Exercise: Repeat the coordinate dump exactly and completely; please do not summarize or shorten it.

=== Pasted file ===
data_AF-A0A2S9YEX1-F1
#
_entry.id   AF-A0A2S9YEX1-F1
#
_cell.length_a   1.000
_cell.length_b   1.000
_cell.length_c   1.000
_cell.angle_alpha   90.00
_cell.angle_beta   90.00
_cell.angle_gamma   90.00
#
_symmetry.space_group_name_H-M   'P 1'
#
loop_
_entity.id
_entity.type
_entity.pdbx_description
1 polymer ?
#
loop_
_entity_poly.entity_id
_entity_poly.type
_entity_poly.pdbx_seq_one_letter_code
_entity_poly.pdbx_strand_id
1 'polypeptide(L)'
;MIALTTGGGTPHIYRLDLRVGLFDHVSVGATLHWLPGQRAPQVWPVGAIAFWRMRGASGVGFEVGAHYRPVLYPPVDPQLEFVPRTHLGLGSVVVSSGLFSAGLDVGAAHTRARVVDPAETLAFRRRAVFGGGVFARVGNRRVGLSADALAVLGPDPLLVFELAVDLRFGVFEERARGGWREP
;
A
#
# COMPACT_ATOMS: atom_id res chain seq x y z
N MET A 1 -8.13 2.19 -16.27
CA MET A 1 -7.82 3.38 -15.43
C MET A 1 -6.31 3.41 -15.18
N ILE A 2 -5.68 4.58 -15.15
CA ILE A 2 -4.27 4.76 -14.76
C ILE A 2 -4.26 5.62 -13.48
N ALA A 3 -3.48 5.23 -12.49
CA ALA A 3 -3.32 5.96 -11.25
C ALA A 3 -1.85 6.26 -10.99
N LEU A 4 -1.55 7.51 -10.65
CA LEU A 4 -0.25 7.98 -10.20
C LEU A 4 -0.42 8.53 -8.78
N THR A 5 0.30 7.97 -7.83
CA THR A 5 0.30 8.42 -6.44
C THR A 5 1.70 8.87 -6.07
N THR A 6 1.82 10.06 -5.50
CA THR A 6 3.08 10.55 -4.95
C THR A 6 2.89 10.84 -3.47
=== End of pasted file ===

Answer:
data_AF-A0A2S9YEX1-F1
#
_entry.id   AF-A0A2S9YEX1-F1
#
_cell.length_a   1.000
_cell.length_b   1.000
_cell.length_c   1.000
_cell.angle_alpha   90.00
_cell.angle_beta   90.00
_cell.angle_gamma   90.00
#
_symmetry.space_group_name_H-M   'P 1'
#
loop_
_entity.id
_entity.type
_entity.pdbx_description
1 polymer ?
#
loop_
_entity_poly.entity_id
_entity_poly.type
_entity_poly.pdbx_seq_one_letter_code
_entity_poly.pdbx_strand_id
1 'polypeptide(L)'
;MIALTTGGGTPHIYRLDLRVGLFDHVSVGATLHWLPGQRAPQVWPVGAIAFWRMRGASGVGFEVGAHYRPVLYPPVDPQLEFVPRTHLGLGSVVVSSGLFSAGLDVGAAHTRARVVDPAETLAFRRRAVFGGGVFARVGNRRVGLSADALAVLGPDPLLVFELAVDLRFGVFEERARGGWREP
;
A
#
# COMPACT_ATOMS: atom_id res chain seq x y z
N MET A 1 -8.13 2.19 -16.27
CA MET A 1 -7.82 3.38 -15.43
C MET A 1 -6.31 3.41 -15.18
N ILE A 2 -5.68 4.58 -15.15
CA ILE A 2 -4.27 4.76 -14.76
C ILE A 2 -4.26 5.62 -13.48
N ALA A 3 -3.48 5.23 -12.49
CA ALA A 3 -3.32 5.96 -11.25
C ALA A 3 -1.85 6.26 -10.99
N LEU A 4 -1.55 7.51 -10.65
CA LEU A 4 -0.25 7.98 -10.20
C LEU A 4 -0.42 8.53 -8.78
N THR A 5 0.30 7.97 -7.83
CA THR A 5 0.30 8.42 -6.44
C THR A 5 1.70 8.87 -6.07
N THR A 6 1.82 10.06 -5.50
CA THR A 6 3.08 10.55 -4.95
C THR A 6 2.89 10.84 -3.47